A lot of guys would’ve given up. And it would’ve been understandable. You don’t make the basketball team as an eighth grader. You try out again in ninth grade and, again, you don’t make the team.
It takes a special kind of determination or stubbornness or both to keep going. I also takes a great love for the game.
And Wesley Peters did just that. He kept after it. He kept working.
As a sophomore, he made the Bryant High School team. Though he didn’t play a lot for the varsity, there was improvement against the competition in JV games. As a junior, he played in spots for the varsity and contributed some quality minutes as the season went along.
In 2014-15, as the only senior on the team, Peters started most of the games and wound up having an impact throughout the season and, by the end, he was the team leader, a calming effect and had a big-time role in the Hornets reaching the Class 7A State Tournament.
“He was just very, very solid,” said Hornets coach Mike Abrahamson. “He defended, rebounded, handled the ball, made shots, made it to the free throw line, made free throws. You knew you were going to get his best and he was going to do a little bit of everything for us. That’s invaluable when you don’t have to wonder what someone’s going to give you on a given night.”
Peters came a long way and now he’s going even further.
Acknowledging the role of his folks, his friends and coaches in helping him to keep going, Peters signed a letter of intent on Thursday to continue his education and basketball careers at William Penn University in Oskaloosa, Iowa, this fall.
“I always thought that I was going to play in college, even after the setbacks,” he stated. “It just made me go harder.
“You’re going to get out what you put into it,” he said regarding basketball. “It’s like a relationship. You’re going to love it sometimes and you’re going to hate it sometimes but if you hate it that means you once loved it. It’s just the relationship with the game that I like.”
“Wesley’s the definition of a self-made player,” said Abrahamson. “He has worked and worked and worked and he’s our standard now for work ethic and putting in extra time and extra work.
“He has spent so many extra hours in the gym making himself a good player, a college-level player,” the coach added. “I’m just so proud of him for what he’s made himself into as a basketball player.”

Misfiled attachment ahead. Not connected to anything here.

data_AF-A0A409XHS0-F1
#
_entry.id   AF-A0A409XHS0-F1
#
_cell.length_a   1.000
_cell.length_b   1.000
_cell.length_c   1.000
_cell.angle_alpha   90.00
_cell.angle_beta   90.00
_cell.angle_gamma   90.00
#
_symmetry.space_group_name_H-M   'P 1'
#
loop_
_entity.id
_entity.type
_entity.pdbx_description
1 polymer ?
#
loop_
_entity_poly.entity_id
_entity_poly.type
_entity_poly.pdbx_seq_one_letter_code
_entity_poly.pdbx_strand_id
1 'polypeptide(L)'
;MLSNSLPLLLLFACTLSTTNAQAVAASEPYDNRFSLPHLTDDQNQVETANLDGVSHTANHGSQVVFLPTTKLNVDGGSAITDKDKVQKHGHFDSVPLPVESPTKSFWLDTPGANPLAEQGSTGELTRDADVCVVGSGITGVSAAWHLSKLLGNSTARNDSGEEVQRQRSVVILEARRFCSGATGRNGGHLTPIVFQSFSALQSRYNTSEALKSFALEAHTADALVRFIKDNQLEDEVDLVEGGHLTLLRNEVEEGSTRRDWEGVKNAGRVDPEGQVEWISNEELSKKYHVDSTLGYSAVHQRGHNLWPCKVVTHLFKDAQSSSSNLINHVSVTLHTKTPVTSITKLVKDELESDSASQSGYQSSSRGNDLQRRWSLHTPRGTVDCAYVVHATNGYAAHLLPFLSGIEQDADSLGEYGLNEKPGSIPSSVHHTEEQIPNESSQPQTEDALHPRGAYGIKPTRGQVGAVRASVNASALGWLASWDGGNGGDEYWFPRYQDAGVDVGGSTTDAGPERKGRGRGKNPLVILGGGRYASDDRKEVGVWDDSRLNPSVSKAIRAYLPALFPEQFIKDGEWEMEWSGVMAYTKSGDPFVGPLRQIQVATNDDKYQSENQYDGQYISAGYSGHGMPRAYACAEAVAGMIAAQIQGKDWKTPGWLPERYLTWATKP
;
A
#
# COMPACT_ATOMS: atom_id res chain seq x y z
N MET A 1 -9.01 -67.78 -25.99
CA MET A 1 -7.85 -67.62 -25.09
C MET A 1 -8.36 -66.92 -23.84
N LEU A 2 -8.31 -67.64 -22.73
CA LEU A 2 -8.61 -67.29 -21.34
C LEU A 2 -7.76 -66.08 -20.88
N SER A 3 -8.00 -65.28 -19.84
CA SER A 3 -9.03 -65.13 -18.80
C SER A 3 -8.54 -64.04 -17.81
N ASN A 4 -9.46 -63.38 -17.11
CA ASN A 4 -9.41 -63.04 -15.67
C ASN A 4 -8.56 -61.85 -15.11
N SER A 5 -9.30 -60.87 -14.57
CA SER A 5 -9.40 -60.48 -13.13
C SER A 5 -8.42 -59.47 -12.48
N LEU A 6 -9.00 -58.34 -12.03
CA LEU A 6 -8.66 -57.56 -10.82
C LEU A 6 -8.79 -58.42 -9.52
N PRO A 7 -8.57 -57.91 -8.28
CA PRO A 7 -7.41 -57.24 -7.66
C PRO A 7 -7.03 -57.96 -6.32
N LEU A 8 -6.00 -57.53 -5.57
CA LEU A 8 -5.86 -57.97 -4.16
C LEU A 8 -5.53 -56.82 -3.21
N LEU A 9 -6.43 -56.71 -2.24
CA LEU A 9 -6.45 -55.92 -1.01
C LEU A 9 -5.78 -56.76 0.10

“I was considering Lyon College in Batesville and Grambling in Louisiana,” Peters said. “The coach (John Henry at William Penn) emailed me and said he’d seen me play. He sent me his information. After that, we just texted and I went on a visit in June. They offered me when I was on my visit and I signed.
“It’s far but I like it,” he noted. “They have my major, Psychology, and they take it serious. The student-to-teacher ratio is pretty low so I get to have one-on-one time with my teachers if I want to.
“The coach reminded me of Coach A. He was interested in my future and he cares about me graduating — more that just basketball,” Peters added.
The 6-1 guard came to Bryant after eighth grade at Pulaski Heights and ninth grade at Maumelle.
“At first, it was tough because I didn’t know anybody except my cousins,” he recalled. “It was hard playing in a system with somebody that actually cares about the game, because they test you to see how much you really love the game. I guess I passed.”
And one of those cousins, Dezerea Duckworth, is also attending William Penn and played in more than half her team’s games as a freshman last year.
“They’re getting a hard worker and they’re getting a good person, a high-character person, a leader, and someone I hope will have a good career,” Abrahamson said of Peters. “He’s a big strong guard. He doesn’t turn the ball over and he can shoot it. And he can defend his position.
“I’m going to miss him and our team’s going to miss him,” he concluded.